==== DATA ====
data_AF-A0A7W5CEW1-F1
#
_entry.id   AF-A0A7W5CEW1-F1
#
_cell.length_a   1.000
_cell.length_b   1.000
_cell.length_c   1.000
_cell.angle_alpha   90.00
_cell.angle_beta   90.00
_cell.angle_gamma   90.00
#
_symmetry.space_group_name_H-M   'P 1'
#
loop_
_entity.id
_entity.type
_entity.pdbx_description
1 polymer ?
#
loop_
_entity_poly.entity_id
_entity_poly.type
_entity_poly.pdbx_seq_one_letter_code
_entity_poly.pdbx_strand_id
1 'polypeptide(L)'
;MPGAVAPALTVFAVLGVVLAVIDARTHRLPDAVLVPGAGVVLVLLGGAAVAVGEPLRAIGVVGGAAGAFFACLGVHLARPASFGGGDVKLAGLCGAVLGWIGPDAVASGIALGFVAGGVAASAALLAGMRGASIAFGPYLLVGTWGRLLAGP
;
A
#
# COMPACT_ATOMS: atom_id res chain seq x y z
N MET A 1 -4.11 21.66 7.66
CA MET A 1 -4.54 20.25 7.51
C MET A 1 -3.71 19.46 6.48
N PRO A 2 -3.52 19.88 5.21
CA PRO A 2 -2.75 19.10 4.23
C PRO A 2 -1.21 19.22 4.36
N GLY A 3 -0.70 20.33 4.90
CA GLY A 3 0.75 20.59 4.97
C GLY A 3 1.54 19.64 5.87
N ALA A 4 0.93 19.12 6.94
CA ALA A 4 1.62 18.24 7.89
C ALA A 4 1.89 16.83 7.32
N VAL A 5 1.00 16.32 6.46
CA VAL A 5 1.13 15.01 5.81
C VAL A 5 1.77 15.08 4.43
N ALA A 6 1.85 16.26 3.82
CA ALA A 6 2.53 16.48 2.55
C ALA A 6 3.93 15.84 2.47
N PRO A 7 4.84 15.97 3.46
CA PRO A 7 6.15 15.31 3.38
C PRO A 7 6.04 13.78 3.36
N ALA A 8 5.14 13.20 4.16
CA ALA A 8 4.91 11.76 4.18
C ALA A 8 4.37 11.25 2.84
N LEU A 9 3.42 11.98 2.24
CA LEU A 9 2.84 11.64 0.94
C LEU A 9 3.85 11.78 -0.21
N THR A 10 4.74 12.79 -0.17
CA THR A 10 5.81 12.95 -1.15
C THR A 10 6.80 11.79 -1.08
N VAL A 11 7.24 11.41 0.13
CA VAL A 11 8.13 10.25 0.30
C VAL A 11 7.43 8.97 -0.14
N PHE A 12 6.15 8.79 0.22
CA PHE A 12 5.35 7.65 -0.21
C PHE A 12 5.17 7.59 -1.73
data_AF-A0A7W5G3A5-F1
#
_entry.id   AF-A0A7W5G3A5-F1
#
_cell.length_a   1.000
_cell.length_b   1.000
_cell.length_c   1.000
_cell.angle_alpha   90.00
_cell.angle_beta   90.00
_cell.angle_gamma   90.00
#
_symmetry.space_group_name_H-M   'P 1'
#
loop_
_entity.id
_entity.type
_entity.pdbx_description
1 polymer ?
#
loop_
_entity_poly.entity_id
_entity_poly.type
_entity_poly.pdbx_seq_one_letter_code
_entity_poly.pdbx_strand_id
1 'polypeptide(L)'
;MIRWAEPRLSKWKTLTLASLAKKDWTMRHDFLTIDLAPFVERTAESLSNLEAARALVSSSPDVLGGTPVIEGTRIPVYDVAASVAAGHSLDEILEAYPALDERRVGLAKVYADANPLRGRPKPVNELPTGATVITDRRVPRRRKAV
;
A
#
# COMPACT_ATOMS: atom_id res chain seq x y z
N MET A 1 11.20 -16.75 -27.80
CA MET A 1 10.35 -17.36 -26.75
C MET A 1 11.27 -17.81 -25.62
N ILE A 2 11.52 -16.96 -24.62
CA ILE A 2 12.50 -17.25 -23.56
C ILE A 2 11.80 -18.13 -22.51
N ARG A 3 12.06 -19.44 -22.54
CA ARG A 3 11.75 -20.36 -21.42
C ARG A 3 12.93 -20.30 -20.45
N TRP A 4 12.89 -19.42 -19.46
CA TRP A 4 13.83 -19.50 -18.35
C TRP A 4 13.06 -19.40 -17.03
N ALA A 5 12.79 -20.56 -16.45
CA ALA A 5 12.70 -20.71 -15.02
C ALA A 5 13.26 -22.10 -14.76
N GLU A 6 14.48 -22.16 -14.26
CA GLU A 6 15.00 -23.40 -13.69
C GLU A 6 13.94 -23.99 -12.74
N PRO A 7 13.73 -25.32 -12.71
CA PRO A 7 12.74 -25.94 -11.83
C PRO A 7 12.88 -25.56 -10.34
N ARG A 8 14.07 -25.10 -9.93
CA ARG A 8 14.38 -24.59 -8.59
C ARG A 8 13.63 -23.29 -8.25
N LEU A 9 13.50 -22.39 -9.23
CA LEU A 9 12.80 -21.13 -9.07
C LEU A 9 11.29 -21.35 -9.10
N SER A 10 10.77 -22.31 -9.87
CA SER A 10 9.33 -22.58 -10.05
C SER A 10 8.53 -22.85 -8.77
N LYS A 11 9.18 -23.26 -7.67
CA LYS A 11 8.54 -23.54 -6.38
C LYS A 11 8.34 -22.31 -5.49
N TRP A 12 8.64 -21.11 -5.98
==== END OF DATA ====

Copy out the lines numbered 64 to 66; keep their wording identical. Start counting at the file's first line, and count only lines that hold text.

N PHE A 12 6.15 8.79 0.22
CA PHE A 12 5.35 7.65 -0.21
C PHE A 12 5.17 7.59 -1.73